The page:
The above is a good and honest question, if you’ve been watching the Obama administration. Look away, they said, during the campaign. What they’ve communicated might be best summed up and translated for transparency: We’re all about “women” and their “reproductive health” rights and “health care” and, oh, by the way, if we and our friends lead you to believe Mitt Romney and a bevy of Catholic bishops want to take away your contraception, single women, we are all too happy to have you believe that. And not just because it’s good for tricking single women back into voting for us. Because we happen to believe that some of what some, most prominently the pope in Rome and Catholic bishops, preach, is beyond what can be tolerated by polite society in 2013.
Or, as Archbishop Charles J. Chaput of Philadelphia has written: The Department of Health and Human Services abortion-drug, contraception, sterilization employer mandate that falls under “Preventative Services” regulations in the unfolding of the president’s health-care plan is “an ideological statement; the imposition of a preferential option for infertility. And if millions of Americans disagree with it on principle — too bad.”
(I put “women” in “scare quotes,” in the first paragraph, by the way, because the word use is an ideologically loaded one, as the archbishop notes.)
The Catholic Church teaches that the use of contraception is morally wrong. It ruptures a relationship between a man and a woman, whose sexual union in marriage is meant to be just that, a union, open to life, on a journey to eternal happiness, living lives of freedom — the freedom that flourishes in surrender to our Creator. You’re free to believe or not. You’re free to buy into it or not. It’s a proposal. Obviously, it’s a radical, countercultural one.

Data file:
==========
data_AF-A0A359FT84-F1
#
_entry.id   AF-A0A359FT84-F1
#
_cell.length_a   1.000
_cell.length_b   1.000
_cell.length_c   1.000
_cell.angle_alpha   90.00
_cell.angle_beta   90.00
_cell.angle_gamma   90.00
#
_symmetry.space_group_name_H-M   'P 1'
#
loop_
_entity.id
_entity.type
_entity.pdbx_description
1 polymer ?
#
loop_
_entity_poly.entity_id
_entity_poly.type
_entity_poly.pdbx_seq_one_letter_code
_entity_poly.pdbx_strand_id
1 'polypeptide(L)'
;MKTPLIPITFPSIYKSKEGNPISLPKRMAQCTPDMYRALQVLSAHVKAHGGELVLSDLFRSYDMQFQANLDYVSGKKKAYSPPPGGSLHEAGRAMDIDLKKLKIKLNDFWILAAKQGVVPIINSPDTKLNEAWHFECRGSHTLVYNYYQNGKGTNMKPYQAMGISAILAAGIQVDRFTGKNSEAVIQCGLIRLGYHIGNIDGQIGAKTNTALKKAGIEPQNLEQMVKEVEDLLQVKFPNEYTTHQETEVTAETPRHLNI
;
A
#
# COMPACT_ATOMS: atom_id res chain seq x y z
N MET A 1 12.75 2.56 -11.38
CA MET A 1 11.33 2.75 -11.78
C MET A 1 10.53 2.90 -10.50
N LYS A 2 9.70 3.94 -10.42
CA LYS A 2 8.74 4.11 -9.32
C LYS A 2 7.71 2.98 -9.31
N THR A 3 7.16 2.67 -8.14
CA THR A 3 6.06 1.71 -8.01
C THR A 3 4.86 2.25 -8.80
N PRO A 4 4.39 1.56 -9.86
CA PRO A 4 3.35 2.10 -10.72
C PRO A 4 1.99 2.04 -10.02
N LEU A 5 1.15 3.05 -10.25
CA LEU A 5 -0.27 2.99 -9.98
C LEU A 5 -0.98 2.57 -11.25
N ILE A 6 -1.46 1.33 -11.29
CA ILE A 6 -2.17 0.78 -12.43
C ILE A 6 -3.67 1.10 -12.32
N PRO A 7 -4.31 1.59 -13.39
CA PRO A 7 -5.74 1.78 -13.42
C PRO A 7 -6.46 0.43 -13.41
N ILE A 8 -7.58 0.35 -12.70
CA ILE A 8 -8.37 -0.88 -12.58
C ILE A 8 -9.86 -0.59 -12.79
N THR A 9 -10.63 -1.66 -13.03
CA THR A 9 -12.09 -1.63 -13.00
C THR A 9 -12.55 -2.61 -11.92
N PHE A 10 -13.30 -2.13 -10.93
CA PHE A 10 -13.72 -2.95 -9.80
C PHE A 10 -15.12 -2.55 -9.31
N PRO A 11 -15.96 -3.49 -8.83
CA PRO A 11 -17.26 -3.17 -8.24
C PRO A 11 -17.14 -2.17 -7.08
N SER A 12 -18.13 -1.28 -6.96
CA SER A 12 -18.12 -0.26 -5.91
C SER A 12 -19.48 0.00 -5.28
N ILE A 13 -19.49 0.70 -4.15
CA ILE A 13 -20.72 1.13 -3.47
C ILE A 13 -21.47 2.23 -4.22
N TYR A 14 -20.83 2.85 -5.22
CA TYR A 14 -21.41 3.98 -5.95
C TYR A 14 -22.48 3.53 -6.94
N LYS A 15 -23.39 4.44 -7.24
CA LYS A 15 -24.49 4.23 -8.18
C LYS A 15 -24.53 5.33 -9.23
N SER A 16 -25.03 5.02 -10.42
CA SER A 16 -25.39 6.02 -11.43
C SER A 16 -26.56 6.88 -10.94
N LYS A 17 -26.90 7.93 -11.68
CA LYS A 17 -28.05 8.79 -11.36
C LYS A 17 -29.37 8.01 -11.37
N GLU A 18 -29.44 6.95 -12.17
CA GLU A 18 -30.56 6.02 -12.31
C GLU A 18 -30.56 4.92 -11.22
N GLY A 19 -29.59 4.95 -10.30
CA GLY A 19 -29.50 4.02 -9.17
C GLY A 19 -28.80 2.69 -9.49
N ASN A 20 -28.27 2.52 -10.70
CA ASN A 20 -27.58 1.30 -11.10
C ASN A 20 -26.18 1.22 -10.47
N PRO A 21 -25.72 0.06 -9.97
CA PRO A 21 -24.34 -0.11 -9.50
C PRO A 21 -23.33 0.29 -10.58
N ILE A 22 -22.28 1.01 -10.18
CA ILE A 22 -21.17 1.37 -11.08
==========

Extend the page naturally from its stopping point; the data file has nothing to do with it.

On his Catholic Channel radio show on Sirius XM last week, New York’s Catholic Cardinal Timothy Dolan, reminded listeners of what the president of the United States said to him about three years ago now: I don’t want anything this administration does to impede your good work.
President Obama also vowed to respect conscience rights during his infamous commencement address at Notre Dame in May 2008.
Reporting in about the mood of this month’s gathering of Catholic bishops in California last week, Cardinal Dolan said: “I don’t mind telling you, we’re nervous. But we’re hoping for the best and we’re hoping that wise voices will prevail.”
He did not hesitate to acknowledge that people think him naïve to have any hope left. But his posture continues to be: Let’s all be reasonable here. We’re a country that respects conscience rights. Let’s do so! Cardinal Dolan is urging the administration to remember that. “It’s the most sterling American tradition that we’d never do anything to force people to violate their conscience,” he said.
He expressed his frustration at the various iterations of administration “accommodation” of Catholic and other religious American’s concerns with the coercive mandate; the government has put itself in the position of determining just who is religious enough to claim protection from the mandate.